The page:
More importantly, the researchers advocated conducting serological surveys to estimate prior infection-induced seroprevalence at the population level. This is so because the ideal number of vaccine doses and the interval between doses differ mostly for different population-level settings. This should be the basis of national vaccination policies in many countries, especially those that do not use inactivated vaccines against COVID-19. Another example could be countries that only used vaccines based on the SARS-CoV-2 spike (S) protein.
In such countries, they could identify people as infected earlier with an anti-nucleocapsid diagnostic assay to inform recommendations for boosters. This approach, however, is not applicable to high-risk groups (eg, immunocompromised people).
The authors cautioned that changes to vaccination schedules against COVID-19 could decrease uptake of the vaccine. Therefore, it is best to keep vaccine implementation simple. Additionally, the World Health Organization (WHO) has recommended not to delay or exclude people from vaccination because of past infections. Furthermore, the booster could be beneficial before periods of highest incidence of COVID-19, such as in winter, especially when the variant of SARS-CoV-2 that caused the past infection is unknown. As is well known, the prevalence of COVID-19 remains grossly underestimated in most countries during the pandemic.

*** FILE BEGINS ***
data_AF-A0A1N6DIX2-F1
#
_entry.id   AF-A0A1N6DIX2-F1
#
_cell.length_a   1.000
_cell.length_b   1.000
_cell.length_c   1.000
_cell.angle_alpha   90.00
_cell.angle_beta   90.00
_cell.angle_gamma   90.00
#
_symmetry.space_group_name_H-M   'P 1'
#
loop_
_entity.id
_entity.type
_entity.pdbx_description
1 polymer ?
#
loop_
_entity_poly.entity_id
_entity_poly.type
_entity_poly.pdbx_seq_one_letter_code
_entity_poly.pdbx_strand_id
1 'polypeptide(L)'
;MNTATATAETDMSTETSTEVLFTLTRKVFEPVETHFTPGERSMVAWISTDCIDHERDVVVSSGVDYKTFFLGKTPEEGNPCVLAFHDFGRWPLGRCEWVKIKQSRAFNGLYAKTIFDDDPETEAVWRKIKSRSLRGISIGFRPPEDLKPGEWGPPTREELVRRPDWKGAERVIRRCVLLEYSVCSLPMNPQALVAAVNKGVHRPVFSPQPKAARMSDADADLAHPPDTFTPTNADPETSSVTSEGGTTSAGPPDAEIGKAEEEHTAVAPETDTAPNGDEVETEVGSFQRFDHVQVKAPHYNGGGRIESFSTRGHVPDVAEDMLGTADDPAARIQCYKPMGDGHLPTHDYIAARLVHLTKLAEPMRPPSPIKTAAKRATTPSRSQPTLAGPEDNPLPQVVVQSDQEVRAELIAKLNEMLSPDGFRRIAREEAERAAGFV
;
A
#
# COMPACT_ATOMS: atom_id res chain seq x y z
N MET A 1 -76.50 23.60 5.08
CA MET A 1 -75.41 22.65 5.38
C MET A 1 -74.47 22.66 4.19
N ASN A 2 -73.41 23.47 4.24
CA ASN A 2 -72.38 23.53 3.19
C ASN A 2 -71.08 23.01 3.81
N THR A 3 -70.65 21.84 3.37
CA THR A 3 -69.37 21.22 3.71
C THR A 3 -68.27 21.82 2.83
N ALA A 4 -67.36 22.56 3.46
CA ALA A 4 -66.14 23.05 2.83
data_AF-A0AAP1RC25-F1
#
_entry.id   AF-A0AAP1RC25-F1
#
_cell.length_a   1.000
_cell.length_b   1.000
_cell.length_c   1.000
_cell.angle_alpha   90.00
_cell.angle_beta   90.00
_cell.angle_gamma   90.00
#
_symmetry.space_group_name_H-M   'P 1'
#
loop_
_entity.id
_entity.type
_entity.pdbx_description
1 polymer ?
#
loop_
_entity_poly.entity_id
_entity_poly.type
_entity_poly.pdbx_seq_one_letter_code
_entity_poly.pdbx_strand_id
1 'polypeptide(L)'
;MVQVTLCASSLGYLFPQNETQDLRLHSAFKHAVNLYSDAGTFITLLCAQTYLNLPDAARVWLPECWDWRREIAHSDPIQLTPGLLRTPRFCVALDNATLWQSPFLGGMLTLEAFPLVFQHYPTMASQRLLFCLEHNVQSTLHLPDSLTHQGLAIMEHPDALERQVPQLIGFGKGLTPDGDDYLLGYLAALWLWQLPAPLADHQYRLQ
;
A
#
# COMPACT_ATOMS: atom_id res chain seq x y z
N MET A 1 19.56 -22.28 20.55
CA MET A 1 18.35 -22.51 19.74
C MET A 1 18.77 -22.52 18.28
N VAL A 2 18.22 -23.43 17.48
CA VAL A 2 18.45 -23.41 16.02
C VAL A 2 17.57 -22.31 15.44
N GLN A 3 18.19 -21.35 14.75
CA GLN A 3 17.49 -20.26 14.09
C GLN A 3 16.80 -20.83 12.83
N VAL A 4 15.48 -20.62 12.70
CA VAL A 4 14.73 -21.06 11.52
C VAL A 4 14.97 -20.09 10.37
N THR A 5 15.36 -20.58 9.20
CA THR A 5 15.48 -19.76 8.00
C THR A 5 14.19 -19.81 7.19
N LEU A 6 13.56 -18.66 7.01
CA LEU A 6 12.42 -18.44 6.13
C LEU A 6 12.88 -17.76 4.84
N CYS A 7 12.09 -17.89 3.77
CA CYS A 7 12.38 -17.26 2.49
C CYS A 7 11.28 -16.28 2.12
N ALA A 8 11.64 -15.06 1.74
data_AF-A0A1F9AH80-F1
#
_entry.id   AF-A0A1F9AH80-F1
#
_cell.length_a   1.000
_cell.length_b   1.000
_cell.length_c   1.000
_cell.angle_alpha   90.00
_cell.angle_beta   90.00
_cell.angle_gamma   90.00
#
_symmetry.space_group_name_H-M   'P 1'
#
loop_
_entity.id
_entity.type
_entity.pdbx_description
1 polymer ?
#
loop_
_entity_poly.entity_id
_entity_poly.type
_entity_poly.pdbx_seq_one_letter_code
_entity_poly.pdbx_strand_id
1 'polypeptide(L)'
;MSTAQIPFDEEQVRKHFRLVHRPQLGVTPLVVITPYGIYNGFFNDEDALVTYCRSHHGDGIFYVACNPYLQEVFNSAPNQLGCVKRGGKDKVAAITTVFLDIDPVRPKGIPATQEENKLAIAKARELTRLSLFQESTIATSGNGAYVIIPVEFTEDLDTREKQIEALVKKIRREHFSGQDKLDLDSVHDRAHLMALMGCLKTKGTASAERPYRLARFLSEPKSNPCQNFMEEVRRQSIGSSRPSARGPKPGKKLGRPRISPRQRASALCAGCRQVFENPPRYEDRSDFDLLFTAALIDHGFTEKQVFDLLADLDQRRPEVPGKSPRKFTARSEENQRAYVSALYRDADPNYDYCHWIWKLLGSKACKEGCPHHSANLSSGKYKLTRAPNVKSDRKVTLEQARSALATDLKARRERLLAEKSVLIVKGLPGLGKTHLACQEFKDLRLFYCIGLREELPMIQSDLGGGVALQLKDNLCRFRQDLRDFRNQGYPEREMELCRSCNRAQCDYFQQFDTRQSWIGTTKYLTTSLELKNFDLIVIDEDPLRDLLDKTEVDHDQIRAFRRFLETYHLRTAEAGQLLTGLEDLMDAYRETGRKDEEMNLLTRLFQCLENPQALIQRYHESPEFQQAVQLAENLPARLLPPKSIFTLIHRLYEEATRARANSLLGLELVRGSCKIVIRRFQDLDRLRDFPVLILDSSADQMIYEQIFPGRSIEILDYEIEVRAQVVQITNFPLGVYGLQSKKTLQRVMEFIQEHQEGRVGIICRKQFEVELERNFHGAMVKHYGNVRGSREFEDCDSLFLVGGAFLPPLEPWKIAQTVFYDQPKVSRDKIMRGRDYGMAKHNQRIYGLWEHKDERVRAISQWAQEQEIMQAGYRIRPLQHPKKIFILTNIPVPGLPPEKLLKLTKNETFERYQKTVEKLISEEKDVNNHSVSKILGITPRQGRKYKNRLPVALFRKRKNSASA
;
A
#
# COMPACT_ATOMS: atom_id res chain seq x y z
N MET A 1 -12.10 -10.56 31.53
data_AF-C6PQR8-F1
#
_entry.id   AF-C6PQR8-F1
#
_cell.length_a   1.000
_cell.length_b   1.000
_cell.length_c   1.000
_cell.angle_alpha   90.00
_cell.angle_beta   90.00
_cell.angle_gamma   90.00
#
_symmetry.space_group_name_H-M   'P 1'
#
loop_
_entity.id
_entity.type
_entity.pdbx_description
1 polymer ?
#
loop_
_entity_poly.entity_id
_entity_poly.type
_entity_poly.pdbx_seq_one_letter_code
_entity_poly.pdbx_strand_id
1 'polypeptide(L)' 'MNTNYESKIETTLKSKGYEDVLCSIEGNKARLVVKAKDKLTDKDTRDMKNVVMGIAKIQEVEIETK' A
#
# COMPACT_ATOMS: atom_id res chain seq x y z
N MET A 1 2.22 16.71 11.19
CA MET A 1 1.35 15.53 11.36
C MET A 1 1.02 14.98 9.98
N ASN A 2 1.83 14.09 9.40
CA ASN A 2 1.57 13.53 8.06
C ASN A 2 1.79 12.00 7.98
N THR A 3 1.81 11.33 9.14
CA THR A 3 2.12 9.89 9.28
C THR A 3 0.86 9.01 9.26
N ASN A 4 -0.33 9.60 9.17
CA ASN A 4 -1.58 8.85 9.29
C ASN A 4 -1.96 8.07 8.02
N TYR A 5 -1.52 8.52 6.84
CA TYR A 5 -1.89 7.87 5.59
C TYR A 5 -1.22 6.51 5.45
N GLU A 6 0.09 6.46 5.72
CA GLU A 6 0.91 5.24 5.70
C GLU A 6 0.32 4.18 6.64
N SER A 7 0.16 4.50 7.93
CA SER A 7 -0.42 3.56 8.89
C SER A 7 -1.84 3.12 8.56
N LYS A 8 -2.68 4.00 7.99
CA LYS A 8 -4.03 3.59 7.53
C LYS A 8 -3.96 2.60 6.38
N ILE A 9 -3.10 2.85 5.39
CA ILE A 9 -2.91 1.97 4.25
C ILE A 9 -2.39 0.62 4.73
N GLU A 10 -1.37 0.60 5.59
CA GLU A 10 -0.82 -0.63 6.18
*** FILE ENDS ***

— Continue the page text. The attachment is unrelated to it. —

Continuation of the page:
The study findings clarified the substantial durability of hybrid immunity that could help inform the timing of vaccination programs in populations with higher rates of SARS-CoV-2 infection in the past.
Future studies should evaluate the protective effect of hybrid immunity against hospitalization or severe illness because these two outcomes drive most COVID-19 policy decisions. Therefore, it is crucial to know how much immunity induced by hybrid immunity wanes over a prolonged period, particularly amid the arrival of worrying new variants of SARS-CoV-2. Such precise quantification of the durability of this protection could help inform the need for and timing of booster vaccinations.
- Niklas Bobrovitz, Harriet Ware, Xiaomeng Ma, Zihan Li, Reza Hosseini, Christian Cao, Anabel Selemon, Mairead Whelan, Zahra Premji, Hanane Issa, Brianna Cheng, Laith J Abu Raddad, David L Buckeridge, Maria D Van Kerkhove, Vanessa Piechotta, Melissa M Higdon, Annelies Wilder-Smith, Isabel Bergeri, Daniel R Feikin, Rahul K Arora, Minal K Patel, Lorenzo Subissi. (2023). Protective effectiveness of prior SARS-CoV-2 infection and hybrid immunity against the omicron variant and severe disease: a systematic review and meta-regression. Lancet Infectious Diseases. doi: https://doi.org/10.1016/S1473-3099(22)00801-https://www.thelancet.com/journals/laninf/article/PIIS1473-3099(22)00801-5/fulltext